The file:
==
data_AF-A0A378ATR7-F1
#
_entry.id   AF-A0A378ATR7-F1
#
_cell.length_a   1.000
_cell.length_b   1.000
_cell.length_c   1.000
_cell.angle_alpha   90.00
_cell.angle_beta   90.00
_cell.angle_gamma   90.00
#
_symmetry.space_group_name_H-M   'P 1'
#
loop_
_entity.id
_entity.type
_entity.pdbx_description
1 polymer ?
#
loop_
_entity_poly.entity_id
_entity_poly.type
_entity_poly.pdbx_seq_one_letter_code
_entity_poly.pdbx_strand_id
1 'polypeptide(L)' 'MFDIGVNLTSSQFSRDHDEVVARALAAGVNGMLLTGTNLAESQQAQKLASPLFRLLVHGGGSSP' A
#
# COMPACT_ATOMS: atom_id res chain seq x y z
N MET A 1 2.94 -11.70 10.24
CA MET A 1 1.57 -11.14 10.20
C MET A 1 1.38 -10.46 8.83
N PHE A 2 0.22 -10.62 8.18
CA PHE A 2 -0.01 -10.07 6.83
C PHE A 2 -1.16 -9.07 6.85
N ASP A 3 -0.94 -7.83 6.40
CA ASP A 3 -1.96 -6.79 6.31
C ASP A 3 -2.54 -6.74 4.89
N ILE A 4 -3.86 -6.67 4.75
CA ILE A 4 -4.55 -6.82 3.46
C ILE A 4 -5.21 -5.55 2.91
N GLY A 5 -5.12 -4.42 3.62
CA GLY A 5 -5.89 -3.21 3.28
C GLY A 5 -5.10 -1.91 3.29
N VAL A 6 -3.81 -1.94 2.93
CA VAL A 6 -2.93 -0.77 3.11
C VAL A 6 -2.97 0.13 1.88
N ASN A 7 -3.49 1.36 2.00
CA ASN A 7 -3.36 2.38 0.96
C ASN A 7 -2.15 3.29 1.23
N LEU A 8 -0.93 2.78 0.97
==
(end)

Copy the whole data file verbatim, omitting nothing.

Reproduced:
data_AF-A0A378ATR7-F1
#
_entry.id   AF-A0A378ATR7-F1
#
_cell.length_a   1.000
_cell.length_b   1.000
_cell.length_c   1.000
_cell.angle_alpha   90.00
_cell.angle_beta   90.00
_cell.angle_gamma   90.00
#
_symmetry.space_group_name_H-M   'P 1'
#
loop_
_entity.id
_entity.type
_entity.pdbx_description
1 polymer ?
#
loop_
_entity_poly.entity_id
_entity_poly.type
_entity_poly.pdbx_seq_one_letter_code
_entity_poly.pdbx_strand_id
1 'polypeptide(L)' 'MFDIGVNLTSSQFSRDHDEVVARALAAGVNGMLLTGTNLAESQQAQKLASPLFRLLVHGGGSSP' A
#
# COMPACT_ATOMS: atom_id res chain seq x y z
N MET A 1 2.94 -11.70 10.24
CA MET A 1 1.57 -11.14 10.20
C MET A 1 1.38 -10.46 8.83
N PHE A 2 0.22 -10.62 8.18
CA PHE A 2 -0.01 -10.07 6.83
C PHE A 2 -1.16 -9.07 6.85
N ASP A 3 -0.94 -7.83 6.40
CA ASP A 3 -1.96 -6.79 6.31
C ASP A 3 -2.54 -6.74 4.89
N ILE A 4 -3.86 -6.67 4.75
CA ILE A 4 -4.55 -6.82 3.46
C ILE A 4 -5.21 -5.55 2.91
N GLY A 5 -5.12 -4.42 3.62
CA GLY A 5 -5.89 -3.21 3.28
C GLY A 5 -5.10 -1.91 3.29
N VAL A 6 -3.81 -1.94 2.93
CA VAL A 6 -2.93 -0.77 3.11
C VAL A 6 -2.97 0.13 1.88
N ASN A 7 -3.49 1.36 2.00
CA ASN A 7 -3.36 2.38 0.96
C ASN A 7 -2.15 3.29 1.23
N LEU A 8 -0.93 2.78 0.97